Supporting physical activity engagement in people with Huntington's disease (ENGAGE-HD): study protocol for a randomized controlled feasibility trial.

PMID 25494622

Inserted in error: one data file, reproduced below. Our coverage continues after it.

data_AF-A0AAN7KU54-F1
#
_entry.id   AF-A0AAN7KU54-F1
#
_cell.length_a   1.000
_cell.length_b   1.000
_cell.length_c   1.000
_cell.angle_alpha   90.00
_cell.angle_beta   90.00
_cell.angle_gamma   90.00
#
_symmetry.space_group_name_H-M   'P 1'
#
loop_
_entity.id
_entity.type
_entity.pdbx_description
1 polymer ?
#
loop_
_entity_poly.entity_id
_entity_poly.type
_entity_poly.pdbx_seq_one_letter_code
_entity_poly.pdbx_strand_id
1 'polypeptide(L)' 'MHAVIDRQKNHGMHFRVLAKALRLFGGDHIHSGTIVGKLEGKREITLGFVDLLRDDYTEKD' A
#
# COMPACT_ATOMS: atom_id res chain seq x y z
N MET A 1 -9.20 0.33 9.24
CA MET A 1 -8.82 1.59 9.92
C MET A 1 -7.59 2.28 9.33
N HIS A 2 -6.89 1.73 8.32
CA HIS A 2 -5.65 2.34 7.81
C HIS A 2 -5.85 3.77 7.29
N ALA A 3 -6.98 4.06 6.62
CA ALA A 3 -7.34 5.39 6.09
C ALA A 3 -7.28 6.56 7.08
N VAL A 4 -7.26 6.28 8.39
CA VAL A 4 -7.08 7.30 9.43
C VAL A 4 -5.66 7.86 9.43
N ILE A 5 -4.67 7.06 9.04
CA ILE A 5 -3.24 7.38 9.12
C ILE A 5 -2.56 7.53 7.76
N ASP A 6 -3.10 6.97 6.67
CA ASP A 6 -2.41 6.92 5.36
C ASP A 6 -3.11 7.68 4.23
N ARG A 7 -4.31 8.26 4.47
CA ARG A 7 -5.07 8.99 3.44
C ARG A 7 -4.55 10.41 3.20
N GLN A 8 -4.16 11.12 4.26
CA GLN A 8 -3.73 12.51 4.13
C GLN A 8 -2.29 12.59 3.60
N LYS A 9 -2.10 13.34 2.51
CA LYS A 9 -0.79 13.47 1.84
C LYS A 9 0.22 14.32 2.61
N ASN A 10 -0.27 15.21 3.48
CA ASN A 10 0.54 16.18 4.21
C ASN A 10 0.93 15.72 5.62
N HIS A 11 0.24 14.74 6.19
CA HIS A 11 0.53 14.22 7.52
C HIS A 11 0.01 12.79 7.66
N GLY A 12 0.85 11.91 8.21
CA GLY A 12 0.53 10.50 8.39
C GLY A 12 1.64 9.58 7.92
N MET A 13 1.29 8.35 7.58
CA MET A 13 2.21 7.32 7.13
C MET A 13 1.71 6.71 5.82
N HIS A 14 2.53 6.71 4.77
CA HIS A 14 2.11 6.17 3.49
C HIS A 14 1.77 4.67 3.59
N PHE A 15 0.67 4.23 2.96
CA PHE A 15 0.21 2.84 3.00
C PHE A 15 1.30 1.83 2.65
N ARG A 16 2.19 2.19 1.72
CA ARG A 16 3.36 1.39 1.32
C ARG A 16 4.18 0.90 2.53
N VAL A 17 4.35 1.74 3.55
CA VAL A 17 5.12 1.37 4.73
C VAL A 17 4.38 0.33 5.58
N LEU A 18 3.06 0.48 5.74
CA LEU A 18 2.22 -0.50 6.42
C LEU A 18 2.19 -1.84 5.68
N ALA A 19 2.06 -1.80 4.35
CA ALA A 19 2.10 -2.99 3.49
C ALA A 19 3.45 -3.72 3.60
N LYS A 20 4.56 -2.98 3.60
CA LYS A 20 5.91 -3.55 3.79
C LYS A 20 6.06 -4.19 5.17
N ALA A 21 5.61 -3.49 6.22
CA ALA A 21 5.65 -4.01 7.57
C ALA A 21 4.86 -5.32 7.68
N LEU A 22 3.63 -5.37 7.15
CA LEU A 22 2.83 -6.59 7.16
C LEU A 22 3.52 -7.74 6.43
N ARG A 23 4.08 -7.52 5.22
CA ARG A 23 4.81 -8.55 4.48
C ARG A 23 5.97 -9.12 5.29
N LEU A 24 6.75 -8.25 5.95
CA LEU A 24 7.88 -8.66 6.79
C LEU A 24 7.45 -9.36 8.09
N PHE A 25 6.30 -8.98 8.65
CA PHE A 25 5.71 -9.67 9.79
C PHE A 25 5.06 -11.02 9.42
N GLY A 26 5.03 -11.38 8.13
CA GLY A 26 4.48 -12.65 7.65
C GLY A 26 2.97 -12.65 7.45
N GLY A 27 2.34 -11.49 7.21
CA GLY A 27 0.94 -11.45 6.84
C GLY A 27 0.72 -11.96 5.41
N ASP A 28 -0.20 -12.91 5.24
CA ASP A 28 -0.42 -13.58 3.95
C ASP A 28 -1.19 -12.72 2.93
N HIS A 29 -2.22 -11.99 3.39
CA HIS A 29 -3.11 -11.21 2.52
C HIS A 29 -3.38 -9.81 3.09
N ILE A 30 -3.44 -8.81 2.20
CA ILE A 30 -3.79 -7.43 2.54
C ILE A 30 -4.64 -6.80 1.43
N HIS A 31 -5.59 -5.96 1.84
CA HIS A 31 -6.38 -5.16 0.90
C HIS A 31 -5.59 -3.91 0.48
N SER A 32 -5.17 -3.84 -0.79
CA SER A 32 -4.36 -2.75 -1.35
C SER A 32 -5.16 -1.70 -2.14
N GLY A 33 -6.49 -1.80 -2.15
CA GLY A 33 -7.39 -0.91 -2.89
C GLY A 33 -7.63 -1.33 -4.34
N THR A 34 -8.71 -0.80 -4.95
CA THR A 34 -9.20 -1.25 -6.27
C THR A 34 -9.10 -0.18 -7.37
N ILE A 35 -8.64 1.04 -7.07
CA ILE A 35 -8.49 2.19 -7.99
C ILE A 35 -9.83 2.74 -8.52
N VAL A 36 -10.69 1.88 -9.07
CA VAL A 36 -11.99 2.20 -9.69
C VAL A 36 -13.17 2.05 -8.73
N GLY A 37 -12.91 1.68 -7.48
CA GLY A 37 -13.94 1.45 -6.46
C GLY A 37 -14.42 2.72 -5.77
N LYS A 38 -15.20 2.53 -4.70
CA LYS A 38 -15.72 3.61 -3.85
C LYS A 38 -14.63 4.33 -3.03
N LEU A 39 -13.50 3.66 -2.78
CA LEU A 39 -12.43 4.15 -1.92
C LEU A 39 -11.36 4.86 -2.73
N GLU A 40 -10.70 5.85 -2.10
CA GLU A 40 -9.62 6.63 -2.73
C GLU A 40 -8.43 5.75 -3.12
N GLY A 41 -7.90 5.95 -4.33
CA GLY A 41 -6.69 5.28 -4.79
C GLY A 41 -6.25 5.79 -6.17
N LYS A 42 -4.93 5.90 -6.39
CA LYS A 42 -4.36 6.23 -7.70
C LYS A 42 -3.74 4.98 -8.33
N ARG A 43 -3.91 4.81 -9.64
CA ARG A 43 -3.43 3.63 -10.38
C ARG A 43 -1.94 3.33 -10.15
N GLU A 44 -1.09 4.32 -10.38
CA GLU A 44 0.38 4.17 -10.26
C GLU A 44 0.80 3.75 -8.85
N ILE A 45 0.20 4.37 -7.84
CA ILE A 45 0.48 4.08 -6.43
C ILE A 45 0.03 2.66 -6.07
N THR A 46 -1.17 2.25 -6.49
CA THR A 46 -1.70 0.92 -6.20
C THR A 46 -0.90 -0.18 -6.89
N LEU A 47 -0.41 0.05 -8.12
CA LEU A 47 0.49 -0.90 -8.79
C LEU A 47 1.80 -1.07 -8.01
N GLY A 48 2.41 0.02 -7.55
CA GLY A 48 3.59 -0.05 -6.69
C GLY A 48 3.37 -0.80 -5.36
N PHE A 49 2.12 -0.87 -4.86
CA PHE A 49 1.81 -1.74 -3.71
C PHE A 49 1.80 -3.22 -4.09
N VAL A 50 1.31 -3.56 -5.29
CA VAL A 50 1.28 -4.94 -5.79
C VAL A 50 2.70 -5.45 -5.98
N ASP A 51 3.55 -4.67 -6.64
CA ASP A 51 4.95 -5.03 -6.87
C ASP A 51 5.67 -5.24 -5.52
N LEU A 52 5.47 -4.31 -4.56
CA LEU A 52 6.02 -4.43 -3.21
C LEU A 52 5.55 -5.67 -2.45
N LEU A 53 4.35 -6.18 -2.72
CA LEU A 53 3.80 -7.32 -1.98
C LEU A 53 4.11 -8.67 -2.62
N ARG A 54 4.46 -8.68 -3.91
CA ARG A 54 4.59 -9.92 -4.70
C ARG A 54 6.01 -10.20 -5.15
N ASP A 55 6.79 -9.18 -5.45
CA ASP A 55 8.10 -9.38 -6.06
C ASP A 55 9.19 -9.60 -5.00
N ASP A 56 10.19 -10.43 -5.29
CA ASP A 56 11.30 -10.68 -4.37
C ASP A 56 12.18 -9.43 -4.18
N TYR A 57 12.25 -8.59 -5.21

Huntington's disease (HD) is a complex, single-gene inherited neurodegenerative condition resulting in symptoms that occur across a wide range of neurological domains, including cognitive, behavioral and motor. The benefits of regular physical activity for people with HD are widely recognized. However, a number of factors can prohibit sustained exercise and activity. The purpose of this trial is to explore the feasibility, acceptability and effectiveness of a physical activity intervention program targeted for people with early- to mid-stage HD. The proposed trial is a single blind, multisite, exploratory, randomized controlled feasibility trial of a physical activity intervention. A total of 62 participants with genetically confirmed HD will be recruited. Each participant will be involved in the trial for 26xa0weeks. Participants will be randomized immediately following the baseline assessment into either a physical activity intervention or a social contact control intervention. The physical activity intervention is framed around self-determination theory placed within a broader behaviour change wheel framework. An HD-specific workbook and individual goal setting will be utilized over six 1:1 sessions, with interim telephone calls. All participants will be reassessed at 16xa0weeks following the baseline assessment, and then again at a final follow-up assessment 26xa0weeks later. At the end of the study, all participants will be offered a brief version of the alternative intervention, with one home visit and one follow-up telephone call. Engaging and supporting people with HD in a regular physical activity program raises a number of challenges. The physical activity intervention and the comparator social interaction intervention have been developed following consultation with people with HD and their families. Each are individually tailored and determined on individual needs and goals. The results from this trial will provide guidance for the development of definitive trials. The trial was registered with ISRCTN ( on 13 March 2014.